This is the real and the only reason for friendship: to provide a mirror so the other person can contemplate his image from the past, which, without the eternal blah-blah of memories between pals, would long ago have disappeared.

To ensure that the self doesn't shrink, to see that it holds on to its volume, memories have to be watered like potted flowers, and the watering calls for regular contact with the witnesses of the past, that is to say, with friends.

Tomas came to this conclusion: Making love with a woman and sleeping with a woman are to separate passions, not merely different but opposite. Love does not make itself felt in the desire for copulation (a desire that extends to an infinite number of women) but in the desire for shared sleep (a desire limited to one woman).

Vlasta criticizes me I'm a dreamer. It seems that I do not see things as they are. No, I see things as they are, but in addition to also see visible things invisible. Invented ideas are useless. Are precisely the ones who make our homes houses.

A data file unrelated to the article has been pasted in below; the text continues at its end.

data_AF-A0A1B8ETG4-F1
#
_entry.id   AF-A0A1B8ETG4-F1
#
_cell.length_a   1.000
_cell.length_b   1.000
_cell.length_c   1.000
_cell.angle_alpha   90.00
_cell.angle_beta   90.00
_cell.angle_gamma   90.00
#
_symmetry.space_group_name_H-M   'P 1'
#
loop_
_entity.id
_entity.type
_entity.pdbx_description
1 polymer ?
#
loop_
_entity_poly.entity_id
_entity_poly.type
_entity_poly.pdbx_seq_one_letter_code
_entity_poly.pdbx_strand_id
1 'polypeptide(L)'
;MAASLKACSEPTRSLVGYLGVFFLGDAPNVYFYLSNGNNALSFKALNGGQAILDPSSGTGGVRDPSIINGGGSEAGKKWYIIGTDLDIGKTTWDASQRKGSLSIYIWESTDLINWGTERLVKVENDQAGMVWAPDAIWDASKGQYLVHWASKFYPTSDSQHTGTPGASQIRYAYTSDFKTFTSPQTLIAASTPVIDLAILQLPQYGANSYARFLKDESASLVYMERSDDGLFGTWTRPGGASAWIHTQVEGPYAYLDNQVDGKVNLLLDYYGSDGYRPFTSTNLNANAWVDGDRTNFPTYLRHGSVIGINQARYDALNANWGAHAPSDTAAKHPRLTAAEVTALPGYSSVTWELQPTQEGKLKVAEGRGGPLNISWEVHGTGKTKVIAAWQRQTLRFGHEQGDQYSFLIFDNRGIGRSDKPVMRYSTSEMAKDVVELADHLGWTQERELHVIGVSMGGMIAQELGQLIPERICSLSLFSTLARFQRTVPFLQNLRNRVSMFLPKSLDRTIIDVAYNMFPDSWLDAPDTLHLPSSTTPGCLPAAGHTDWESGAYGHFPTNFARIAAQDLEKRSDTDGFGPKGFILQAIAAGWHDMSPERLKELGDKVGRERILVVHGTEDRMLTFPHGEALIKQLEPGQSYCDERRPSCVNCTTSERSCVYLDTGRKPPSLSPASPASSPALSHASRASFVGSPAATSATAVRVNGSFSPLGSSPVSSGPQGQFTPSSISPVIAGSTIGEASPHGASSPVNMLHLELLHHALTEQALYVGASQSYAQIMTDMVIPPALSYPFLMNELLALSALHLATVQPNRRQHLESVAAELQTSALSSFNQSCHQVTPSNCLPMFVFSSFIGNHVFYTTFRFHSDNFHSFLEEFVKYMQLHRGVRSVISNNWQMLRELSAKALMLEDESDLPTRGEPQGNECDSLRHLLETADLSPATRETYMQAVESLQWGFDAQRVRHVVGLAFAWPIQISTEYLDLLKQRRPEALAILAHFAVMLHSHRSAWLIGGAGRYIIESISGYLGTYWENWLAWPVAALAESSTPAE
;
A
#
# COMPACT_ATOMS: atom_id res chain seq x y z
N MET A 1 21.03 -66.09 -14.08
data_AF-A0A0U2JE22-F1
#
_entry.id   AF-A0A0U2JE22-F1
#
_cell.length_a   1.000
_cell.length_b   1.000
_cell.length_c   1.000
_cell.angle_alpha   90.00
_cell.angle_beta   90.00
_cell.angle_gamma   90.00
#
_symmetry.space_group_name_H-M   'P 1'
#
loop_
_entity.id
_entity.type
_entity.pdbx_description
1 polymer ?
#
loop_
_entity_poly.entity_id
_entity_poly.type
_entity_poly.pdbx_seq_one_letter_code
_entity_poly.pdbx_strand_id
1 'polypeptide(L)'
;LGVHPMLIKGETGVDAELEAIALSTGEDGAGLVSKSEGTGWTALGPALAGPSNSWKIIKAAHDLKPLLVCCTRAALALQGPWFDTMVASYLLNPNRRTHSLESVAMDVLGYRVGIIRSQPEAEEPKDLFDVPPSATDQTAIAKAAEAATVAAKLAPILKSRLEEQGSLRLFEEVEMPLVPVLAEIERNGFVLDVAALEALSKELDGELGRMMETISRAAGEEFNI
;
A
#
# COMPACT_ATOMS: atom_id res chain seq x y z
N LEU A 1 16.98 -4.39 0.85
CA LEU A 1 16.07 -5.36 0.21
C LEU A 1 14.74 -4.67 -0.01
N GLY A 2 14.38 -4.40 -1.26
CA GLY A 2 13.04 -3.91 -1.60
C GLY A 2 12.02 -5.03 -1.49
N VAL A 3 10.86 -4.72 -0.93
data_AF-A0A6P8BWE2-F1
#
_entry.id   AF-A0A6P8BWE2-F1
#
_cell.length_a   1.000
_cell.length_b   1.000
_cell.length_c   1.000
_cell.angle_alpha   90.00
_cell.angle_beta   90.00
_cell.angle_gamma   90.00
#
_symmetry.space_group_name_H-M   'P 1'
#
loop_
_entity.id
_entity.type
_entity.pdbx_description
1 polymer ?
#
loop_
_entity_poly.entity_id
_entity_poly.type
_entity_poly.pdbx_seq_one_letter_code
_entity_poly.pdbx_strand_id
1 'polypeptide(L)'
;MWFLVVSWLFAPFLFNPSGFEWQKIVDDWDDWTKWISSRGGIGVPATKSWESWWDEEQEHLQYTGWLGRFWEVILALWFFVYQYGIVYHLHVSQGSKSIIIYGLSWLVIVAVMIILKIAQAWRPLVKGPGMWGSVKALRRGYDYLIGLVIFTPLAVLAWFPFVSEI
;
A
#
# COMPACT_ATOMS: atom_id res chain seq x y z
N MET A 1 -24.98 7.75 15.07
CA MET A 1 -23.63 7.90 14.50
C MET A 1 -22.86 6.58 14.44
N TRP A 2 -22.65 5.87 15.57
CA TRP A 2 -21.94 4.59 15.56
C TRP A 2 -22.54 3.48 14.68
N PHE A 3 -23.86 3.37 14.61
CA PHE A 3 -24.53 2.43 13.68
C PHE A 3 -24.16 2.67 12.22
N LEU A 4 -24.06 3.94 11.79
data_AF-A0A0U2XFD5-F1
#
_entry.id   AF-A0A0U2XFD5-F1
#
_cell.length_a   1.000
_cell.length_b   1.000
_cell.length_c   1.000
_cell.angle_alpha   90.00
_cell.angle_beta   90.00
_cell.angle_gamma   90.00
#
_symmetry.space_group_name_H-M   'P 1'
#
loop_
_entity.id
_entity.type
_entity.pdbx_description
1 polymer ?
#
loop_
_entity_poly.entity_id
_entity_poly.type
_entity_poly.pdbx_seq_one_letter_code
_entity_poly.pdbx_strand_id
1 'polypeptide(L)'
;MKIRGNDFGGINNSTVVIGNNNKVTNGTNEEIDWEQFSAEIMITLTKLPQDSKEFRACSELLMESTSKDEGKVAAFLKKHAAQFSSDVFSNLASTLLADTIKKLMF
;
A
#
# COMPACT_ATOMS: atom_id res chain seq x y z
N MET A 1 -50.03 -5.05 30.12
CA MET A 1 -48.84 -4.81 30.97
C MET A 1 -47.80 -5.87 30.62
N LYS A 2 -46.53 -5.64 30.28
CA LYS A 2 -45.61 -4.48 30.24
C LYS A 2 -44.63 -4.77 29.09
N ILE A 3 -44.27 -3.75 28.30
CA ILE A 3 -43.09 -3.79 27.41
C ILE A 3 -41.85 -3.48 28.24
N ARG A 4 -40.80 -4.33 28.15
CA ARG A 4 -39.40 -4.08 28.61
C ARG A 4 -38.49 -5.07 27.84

The moment love is born: the woman cannot resist the voice calling forth her terrified soul; the man cannot resist the woman whose soul thus responds to his voice.

The passion of extremism, whether in art or in politics compelling desire to die.

The simplest questions are always the most important questions and the answer is no, and the question cannot be answered obstacle that cannot go beyond that.

The word change, so dear to our Europe, has been given a new meaning: it no longer means a new stage of coherent development (as it was understood by Vico, Hegel or Marx), but a shift from one side to another, from front to back, from the back to the left, from the left to the front (as understood by designers dreaming up the fashion for the next season).

There has never asked those questions that torture pairs of human love me? Has ever loved someone more than me? Loves me more than you love me? Maybe all these questions put to love, which measure, the investigating, looking at each other, subjecting them to interrogation, they also succeed in destroying it in the bud. We may not be able to love just because we want to be loved, that is to say we want something (love) instead of the other close to him unpretentious and want only his mere presence.